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3 Vital Click-Based Signals for SEO: First, Long, & Last

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The author's views are entirely his or her own (excluding the unlikely event of hypnosis) and may not always reflect the views of Moz.

Does Google use engagement signals to rank web pages?

Certainly yes. Google even says so in their official How Search Works[1] documents:

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Source[2] (emphasis added)

Exactly how Google uses engagement signals (i.e. clicks and interaction data) is subject to endless SEO debate. The passage above suggests Google uses engagement metrics to train their machine learning models. Google has also admitted to using click signals for both search personalization[3] and evaluating new algorithms[4].

When pressed for specifics though, Google typically responds with either forced denials ("We're not using such metrics[5]") to carefully-worded deflections ("clicks are noisy[6].")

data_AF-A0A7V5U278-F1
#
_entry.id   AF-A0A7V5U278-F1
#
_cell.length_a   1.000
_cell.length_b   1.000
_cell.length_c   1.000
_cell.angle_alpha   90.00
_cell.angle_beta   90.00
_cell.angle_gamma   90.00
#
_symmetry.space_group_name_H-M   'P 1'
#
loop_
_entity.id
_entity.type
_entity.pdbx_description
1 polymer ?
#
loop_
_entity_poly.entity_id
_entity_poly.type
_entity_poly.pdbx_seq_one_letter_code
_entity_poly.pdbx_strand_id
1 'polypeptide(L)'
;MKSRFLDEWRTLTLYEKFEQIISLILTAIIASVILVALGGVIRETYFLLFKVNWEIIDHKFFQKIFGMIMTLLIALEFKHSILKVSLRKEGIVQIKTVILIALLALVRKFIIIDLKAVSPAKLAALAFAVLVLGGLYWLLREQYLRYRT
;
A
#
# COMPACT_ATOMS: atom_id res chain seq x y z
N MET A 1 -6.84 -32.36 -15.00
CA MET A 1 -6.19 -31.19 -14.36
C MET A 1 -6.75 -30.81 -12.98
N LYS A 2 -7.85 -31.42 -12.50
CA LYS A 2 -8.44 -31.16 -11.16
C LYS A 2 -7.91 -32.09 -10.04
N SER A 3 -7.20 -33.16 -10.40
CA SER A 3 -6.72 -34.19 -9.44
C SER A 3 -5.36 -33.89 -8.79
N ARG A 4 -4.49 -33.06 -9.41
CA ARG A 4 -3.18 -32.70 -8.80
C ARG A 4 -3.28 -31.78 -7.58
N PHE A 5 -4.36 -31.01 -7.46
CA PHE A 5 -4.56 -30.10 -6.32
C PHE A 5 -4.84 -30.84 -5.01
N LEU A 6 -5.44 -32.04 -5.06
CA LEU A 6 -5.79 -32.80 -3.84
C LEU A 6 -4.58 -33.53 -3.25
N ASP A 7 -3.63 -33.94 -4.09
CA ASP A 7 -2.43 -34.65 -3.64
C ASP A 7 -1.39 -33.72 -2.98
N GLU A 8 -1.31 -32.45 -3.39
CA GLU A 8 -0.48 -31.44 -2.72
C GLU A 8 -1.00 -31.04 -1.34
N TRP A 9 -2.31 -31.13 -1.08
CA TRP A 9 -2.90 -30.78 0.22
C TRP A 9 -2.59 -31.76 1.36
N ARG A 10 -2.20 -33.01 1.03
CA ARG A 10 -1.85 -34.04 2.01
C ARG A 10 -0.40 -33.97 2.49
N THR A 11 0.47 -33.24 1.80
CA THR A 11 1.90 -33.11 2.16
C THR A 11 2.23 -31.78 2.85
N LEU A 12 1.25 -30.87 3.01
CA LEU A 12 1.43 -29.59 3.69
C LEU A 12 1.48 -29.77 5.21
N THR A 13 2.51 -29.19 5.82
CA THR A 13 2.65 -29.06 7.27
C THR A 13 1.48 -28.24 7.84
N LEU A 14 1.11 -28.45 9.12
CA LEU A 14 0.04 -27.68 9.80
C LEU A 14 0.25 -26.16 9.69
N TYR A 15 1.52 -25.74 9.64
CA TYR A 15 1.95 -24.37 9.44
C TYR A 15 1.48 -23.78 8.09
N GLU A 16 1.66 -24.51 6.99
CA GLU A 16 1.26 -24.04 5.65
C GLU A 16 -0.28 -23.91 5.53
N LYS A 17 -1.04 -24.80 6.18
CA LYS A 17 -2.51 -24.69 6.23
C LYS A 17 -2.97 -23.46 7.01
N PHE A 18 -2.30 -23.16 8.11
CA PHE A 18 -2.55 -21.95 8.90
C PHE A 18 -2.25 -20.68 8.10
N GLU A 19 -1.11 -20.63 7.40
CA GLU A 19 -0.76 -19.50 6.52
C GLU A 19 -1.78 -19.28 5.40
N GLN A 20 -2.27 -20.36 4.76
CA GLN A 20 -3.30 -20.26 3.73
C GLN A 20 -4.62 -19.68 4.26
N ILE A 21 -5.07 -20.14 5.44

While many Googlers no doubt work hard to be helpful to the SEO community, they are also under pressure "not to reveal too much detail[7]" about their algorithms out of caution that SEOs will game search results. In reality, Google is never going to tell SEO exactly how they use engagement metrics, no matter how many times we ask.

Most SEO debate focuses on if Google uses organic Click-through Rates (CTR) in its ranking algorithms. If you are interested, AJ Kohn's piece[8] is particularly outstanding as well as Rand Fishkin's Whiteboard Friday[9] on covering this topic. For a nuanced counter-view, I'd recommend reading this excellent post by Dan Taylor[10].

To be fair, I believe most of the debate around CTR up to this point has likely been far too simple. Whatever way SEOs think Google uses click data, how

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